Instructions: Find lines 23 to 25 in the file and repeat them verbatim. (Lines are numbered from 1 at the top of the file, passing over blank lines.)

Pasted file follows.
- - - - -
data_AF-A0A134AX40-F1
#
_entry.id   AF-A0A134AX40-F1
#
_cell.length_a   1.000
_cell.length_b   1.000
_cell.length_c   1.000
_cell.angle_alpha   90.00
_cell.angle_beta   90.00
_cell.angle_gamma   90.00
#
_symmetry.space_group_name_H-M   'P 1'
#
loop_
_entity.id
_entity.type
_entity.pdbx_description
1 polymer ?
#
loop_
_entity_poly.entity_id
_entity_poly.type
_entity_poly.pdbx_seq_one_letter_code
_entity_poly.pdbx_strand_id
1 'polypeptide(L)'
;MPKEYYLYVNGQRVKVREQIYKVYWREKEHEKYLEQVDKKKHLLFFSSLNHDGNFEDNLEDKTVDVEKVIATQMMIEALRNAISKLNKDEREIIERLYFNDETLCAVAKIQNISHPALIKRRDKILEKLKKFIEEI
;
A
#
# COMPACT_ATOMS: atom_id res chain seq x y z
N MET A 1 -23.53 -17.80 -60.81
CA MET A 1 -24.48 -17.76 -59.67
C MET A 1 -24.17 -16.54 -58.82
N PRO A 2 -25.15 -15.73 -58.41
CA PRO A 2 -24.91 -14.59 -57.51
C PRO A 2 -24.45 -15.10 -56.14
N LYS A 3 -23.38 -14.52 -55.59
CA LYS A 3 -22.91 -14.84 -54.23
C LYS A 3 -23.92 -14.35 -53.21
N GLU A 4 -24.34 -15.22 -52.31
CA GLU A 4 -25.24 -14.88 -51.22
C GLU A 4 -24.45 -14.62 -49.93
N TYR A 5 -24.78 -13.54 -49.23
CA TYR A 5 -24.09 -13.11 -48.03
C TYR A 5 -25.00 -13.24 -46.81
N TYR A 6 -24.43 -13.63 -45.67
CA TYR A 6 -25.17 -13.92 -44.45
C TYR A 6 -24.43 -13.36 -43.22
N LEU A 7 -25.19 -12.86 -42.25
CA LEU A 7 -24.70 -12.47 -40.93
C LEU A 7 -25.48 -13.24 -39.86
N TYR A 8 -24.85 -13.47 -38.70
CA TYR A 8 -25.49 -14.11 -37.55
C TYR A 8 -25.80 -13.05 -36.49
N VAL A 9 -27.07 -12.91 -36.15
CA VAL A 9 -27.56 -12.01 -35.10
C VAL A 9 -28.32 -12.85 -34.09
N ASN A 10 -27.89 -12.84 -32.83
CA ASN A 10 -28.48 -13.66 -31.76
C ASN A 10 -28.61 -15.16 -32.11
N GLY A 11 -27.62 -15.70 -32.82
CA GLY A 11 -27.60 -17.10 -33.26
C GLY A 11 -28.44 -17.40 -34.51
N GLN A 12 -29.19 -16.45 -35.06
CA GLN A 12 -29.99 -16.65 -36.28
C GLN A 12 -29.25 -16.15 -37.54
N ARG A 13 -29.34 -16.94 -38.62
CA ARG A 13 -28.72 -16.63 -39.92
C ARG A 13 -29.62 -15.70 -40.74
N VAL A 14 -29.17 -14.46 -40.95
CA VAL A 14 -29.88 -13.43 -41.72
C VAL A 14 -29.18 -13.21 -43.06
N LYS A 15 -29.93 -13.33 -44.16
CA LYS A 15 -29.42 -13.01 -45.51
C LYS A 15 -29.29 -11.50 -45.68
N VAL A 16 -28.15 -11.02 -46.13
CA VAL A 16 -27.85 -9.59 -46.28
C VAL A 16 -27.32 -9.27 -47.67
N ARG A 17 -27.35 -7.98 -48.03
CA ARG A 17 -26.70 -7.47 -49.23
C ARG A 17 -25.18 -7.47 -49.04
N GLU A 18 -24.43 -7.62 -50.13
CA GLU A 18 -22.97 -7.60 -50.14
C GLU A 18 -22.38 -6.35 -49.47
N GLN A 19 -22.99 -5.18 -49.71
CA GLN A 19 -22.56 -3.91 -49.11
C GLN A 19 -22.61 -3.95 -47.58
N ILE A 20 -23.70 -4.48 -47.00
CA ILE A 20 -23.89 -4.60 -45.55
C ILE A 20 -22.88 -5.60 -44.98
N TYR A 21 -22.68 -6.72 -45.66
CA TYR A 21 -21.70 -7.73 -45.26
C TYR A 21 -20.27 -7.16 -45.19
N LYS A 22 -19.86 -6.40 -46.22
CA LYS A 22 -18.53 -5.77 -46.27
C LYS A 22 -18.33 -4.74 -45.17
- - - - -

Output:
_entity_poly.pdbx_seq_one_letter_code
_entity_poly.pdbx_strand_id
1 'polypeptide(L)'